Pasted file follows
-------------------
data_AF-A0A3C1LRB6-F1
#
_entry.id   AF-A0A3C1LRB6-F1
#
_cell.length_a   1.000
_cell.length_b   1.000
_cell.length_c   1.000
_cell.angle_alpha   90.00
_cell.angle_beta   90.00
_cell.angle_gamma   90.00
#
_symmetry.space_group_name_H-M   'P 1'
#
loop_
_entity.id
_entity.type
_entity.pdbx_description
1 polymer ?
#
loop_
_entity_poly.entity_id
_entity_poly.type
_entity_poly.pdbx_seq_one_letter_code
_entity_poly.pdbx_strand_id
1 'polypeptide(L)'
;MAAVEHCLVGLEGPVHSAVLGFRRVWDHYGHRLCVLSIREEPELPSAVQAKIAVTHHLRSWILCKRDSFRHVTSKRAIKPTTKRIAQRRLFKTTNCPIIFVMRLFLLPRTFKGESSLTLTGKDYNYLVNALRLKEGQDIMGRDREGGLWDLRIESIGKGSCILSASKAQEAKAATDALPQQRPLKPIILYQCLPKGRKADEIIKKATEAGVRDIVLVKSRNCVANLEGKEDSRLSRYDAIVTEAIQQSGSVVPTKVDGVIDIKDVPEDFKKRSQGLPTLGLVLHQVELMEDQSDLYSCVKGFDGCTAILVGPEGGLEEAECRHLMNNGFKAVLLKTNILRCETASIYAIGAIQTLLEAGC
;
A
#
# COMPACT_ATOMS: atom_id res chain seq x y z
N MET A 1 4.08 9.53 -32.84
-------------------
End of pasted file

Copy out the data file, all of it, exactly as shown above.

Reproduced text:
data_AF-A0A3C1LRB6-F1
#
_entry.id   AF-A0A3C1LRB6-F1
#
_cell.length_a   1.000
_cell.length_b   1.000
_cell.length_c   1.000
_cell.angle_alpha   90.00
_cell.angle_beta   90.00
_cell.angle_gamma   90.00
#
_symmetry.space_group_name_H-M   'P 1'
#
loop_
_entity.id
_entity.type
_entity.pdbx_description
1 polymer ?
#
loop_
_entity_poly.entity_id
_entity_poly.type
_entity_poly.pdbx_seq_one_letter_code
_entity_poly.pdbx_strand_id
1 'polypeptide(L)'
;MAAVEHCLVGLEGPVHSAVLGFRRVWDHYGHRLCVLSIREEPELPSAVQAKIAVTHHLRSWILCKRDSFRHVTSKRAIKPTTKRIAQRRLFKTTNCPIIFVMRLFLLPRTFKGESSLTLTGKDYNYLVNALRLKEGQDIMGRDREGGLWDLRIESIGKGSCILSASKAQEAKAATDALPQQRPLKPIILYQCLPKGRKADEIIKKATEAGVRDIVLVKSRNCVANLEGKEDSRLSRYDAIVTEAIQQSGSVVPTKVDGVIDIKDVPEDFKKRSQGLPTLGLVLHQVELMEDQSDLYSCVKGFDGCTAILVGPEGGLEEAECRHLMNNGFKAVLLKTNILRCETASIYAIGAIQTLLEAGC
;
A
#
# COMPACT_ATOMS: atom_id res chain seq x y z
N MET A 1 4.08 9.53 -32.84